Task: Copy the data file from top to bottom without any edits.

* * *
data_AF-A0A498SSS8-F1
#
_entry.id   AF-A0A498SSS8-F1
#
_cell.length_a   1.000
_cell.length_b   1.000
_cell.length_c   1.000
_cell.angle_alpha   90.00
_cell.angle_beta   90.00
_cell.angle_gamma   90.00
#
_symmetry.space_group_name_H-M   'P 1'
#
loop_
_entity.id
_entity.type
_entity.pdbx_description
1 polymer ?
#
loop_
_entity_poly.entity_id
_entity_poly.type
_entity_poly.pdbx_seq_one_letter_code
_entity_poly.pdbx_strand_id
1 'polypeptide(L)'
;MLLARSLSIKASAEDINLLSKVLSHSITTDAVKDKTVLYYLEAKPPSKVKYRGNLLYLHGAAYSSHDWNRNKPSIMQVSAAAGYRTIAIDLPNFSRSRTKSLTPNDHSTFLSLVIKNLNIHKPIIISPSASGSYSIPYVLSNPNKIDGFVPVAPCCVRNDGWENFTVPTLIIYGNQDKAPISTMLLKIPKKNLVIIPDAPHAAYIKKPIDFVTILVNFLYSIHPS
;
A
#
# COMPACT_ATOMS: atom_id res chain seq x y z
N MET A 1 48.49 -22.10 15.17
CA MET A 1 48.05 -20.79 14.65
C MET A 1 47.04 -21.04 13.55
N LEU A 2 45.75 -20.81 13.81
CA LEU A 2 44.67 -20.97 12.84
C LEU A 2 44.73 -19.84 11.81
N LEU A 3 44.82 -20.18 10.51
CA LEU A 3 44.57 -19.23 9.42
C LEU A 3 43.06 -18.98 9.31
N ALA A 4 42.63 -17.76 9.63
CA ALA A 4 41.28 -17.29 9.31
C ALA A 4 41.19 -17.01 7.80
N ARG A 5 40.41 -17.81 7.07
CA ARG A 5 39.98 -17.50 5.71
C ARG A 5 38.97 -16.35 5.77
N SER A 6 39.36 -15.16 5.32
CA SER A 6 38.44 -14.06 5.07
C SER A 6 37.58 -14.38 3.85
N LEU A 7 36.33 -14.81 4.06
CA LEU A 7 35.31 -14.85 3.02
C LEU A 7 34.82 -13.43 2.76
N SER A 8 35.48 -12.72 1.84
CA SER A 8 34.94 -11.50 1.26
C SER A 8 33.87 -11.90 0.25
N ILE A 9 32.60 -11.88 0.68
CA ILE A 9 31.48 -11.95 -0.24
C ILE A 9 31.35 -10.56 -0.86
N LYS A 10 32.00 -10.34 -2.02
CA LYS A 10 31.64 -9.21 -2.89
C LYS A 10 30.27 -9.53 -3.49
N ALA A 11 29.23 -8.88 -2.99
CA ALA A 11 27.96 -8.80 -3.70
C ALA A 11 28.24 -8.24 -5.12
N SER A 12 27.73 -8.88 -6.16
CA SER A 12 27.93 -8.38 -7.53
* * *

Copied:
data_AF-A0A498SSS8-F1
#
_entry.id   AF-A0A498SSS8-F1
#
_cell.length_a   1.000
_cell.length_b   1.000
_cell.length_c   1.000
_cell.angle_alpha   90.00
_cell.angle_beta   90.00
_cell.angle_gamma   90.00
#
_symmetry.space_group_name_H-M   'P 1'
#
loop_
_entity.id
_entity.type
_entity.pdbx_description
1 polymer ?
#
loop_
_entity_poly.entity_id
_entity_poly.type
_entity_poly.pdbx_seq_one_letter_code
_entity_poly.pdbx_strand_id
1 'polypeptide(L)'
;MLLARSLSIKASAEDINLLSKVLSHSITTDAVKDKTVLYYLEAKPPSKVKYRGNLLYLHGAAYSSHDWNRNKPSIMQVSAAAGYRTIAIDLPNFSRSRTKSLTPNDHSTFLSLVIKNLNIHKPIIISPSASGSYSIPYVLSNPNKIDGFVPVAPCCVRNDGWENFTVPTLIIYGNQDKAPISTMLLKIPKKNLVIIPDAPHAAYIKKPIDFVTILVNFLYSIHPS
;
A
#
# COMPACT_ATOMS: atom_id res chain seq x y z
N MET A 1 48.49 -22.10 15.17
CA MET A 1 48.05 -20.79 14.65
C MET A 1 47.04 -21.04 13.55
N LEU A 2 45.75 -20.81 13.81
CA LEU A 2 44.67 -20.97 12.84
C LEU A 2 44.73 -19.84 11.81
N LEU A 3 44.82 -20.18 10.51
CA LEU A 3 44.57 -19.23 9.42
C LEU A 3 43.06 -18.98 9.31
N ALA A 4 42.63 -17.76 9.63
CA ALA A 4 41.28 -17.29 9.31
C ALA A 4 41.19 -17.01 7.80
N ARG A 5 40.41 -17.81 7.07
CA ARG A 5 39.98 -17.50 5.71
C ARG A 5 38.97 -16.35 5.77
N SER A 6 39.36 -15.16 5.32
CA SER A 6 38.44 -14.06 5.07
C SER A 6 37.58 -14.38 3.85
N LEU A 7 36.33 -14.81 4.06
CA LEU A 7 35.31 -14.85 3.02
C LEU A 7 34.82 -13.43 2.76
N SER A 8 35.48 -12.72 1.84
CA SER A 8 34.94 -11.50 1.26
C SER A 8 33.87 -11.90 0.25
N ILE A 9 32.60 -11.88 0.68
CA ILE A 9 31.48 -11.95 -0.24
C ILE A 9 31.35 -10.56 -0.86
N LYS A 10 32.00 -10.34 -2.02
CA LYS A 10 31.64 -9.21 -2.89
C LYS A 10 30.27 -9.53 -3.49
N ALA A 11 29.23 -8.88 -2.99
CA ALA A 11 27.96 -8.80 -3.70
C ALA A 11 28.24 -8.24 -5.12
N SER A 12 27.73 -8.88 -6.16
CA SER A 12 27.93 -8.38 -7.53